OAKLAND, Calif. - Reverend Antoine Shyne is the new pastor at Beebe Memorial Cathedral on Telegraph Avenue in the Temescal district.
He wants to build back up the parish of 3,000 who once worshiped at his church.
His parishioners want to come to prayer service on Sundays, but like many in Oakland, they’re scared.
"People are concerned about wanting to be able to come out to worship, but concerned when they leave the house," he said at a small gathering on Monday night, attended by community members and politicians to address the rising crime situation in parts of the Bay Area.
Marsha Converse came with two neighbors to the meeting.
Like many in attendance, she’s looking for leaders to lead, and she said she wants to know the plan.
"What are we doing to solve what’s happening?" she asked. "What are we doing to keep it at bay? What are we doing for our community? Oakland is a really cool town, and it deserves a response!"
Others like Adrian Hudson, who is a native of Oakland, want more accountability from Oakland police.
"When I go down to Chinatown to buy crab, I see police," Hudson said. "I don’t see them in West Oakland, in East Oakland, in North Oakland."
It was a bloody and violent weekend in Oakland, with seven shootings and three homicides.
One 18-year-old young woman was killed by gunfire.
Many in the town say violence and crime is devastating small businesses and communities.
Hudson is a mom and has family who’ve lived in Oakland for generations.
"I’ve been here since 1965, and this is the worst it’s ever been," Hudson said. "I was here during the drug epidemic, and even then it wasn’t this bad."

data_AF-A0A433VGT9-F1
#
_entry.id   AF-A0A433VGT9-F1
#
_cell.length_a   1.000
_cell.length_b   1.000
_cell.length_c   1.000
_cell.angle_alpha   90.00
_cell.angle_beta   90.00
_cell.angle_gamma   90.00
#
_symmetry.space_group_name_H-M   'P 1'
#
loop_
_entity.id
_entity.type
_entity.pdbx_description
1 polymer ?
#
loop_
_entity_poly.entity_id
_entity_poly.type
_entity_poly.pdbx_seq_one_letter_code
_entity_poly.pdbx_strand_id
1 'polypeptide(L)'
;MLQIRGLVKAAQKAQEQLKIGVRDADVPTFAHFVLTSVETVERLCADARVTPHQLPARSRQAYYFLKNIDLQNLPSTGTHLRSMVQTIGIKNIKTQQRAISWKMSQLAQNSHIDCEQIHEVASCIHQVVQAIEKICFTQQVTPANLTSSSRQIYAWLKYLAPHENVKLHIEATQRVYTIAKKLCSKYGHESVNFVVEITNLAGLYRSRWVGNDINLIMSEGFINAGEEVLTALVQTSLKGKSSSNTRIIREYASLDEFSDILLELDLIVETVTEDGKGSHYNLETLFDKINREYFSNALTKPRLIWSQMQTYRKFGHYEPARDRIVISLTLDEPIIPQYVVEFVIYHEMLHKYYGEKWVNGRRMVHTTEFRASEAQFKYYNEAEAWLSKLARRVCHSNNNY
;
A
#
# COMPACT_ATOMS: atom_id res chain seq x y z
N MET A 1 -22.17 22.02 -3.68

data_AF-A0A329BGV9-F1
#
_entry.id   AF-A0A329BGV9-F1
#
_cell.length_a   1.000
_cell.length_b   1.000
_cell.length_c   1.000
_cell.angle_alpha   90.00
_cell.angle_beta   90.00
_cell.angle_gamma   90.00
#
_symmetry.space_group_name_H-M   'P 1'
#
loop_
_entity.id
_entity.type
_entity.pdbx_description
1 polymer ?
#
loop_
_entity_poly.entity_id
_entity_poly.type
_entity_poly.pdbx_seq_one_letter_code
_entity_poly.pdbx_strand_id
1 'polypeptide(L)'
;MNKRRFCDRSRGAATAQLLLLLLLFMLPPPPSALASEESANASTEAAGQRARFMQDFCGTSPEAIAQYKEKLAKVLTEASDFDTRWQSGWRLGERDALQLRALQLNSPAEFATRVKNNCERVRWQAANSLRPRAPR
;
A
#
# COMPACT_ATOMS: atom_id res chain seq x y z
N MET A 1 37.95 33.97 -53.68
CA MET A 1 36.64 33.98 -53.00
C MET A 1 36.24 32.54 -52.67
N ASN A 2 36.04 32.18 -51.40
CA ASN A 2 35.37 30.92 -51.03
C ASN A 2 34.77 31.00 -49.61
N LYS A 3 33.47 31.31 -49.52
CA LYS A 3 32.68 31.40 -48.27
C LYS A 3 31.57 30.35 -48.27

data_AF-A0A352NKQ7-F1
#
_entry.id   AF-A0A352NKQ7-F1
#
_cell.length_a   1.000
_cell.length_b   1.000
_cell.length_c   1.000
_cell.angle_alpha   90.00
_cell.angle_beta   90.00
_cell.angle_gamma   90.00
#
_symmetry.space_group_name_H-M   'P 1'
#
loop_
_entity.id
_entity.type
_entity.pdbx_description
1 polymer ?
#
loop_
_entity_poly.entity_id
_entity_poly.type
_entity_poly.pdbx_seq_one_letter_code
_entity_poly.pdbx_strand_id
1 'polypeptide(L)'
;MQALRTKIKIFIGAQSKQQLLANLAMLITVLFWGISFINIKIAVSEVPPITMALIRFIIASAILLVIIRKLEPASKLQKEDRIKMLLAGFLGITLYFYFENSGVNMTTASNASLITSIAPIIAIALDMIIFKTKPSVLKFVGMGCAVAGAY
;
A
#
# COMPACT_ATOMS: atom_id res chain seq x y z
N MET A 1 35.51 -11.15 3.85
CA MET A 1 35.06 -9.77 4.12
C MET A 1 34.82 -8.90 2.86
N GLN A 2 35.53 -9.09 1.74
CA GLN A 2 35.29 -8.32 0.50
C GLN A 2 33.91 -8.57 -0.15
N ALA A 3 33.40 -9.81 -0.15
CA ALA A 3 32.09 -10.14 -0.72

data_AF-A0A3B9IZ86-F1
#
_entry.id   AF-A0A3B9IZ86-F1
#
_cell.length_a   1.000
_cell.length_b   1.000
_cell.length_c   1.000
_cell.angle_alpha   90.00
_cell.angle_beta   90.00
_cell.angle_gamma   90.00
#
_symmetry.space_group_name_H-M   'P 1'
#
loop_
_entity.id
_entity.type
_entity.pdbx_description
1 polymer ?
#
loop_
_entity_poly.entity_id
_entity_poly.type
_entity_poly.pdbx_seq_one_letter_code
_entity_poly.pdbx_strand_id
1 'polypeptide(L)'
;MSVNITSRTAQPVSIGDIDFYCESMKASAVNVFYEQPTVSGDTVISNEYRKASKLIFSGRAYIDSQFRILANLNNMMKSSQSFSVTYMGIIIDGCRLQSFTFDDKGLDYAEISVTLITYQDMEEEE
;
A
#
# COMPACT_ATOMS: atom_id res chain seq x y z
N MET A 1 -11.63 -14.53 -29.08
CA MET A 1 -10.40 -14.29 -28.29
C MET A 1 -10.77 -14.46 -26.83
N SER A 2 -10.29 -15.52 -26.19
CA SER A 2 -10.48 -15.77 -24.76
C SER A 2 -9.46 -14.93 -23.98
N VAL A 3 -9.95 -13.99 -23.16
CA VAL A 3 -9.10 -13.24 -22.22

City Councilman Dan Kalb also spoke, reiterating his commitment to city budget and service priorities as well as enlarging collaboration efforts with business improvement districts and faith-based organizations.
He announced he'd like to see more support from the FBI to help address some of the crime taking place and to offset the load that local investigators are dealing with on a regular basis.
The event drew a smaller-than-expected turnout but there were a few other community leaders and politicians who attended, acknowledging the need to address Oakland’s crime and violence.
Representatives from Alameda County Probation, Oakland police and small business representatives also took time to present to those in attendance. Other attendees included staff from state Sen. Nancy Skinner's office, as well as from the office of Contra Costa County Supervisor Federal Glover.
With only an hour and a half scheduled for the meeting, there wasn’t enough time to get to all the questions submitted.
Some members of the audience left the meeting before it was over, indicating they knew their questions wouldn't be addressed.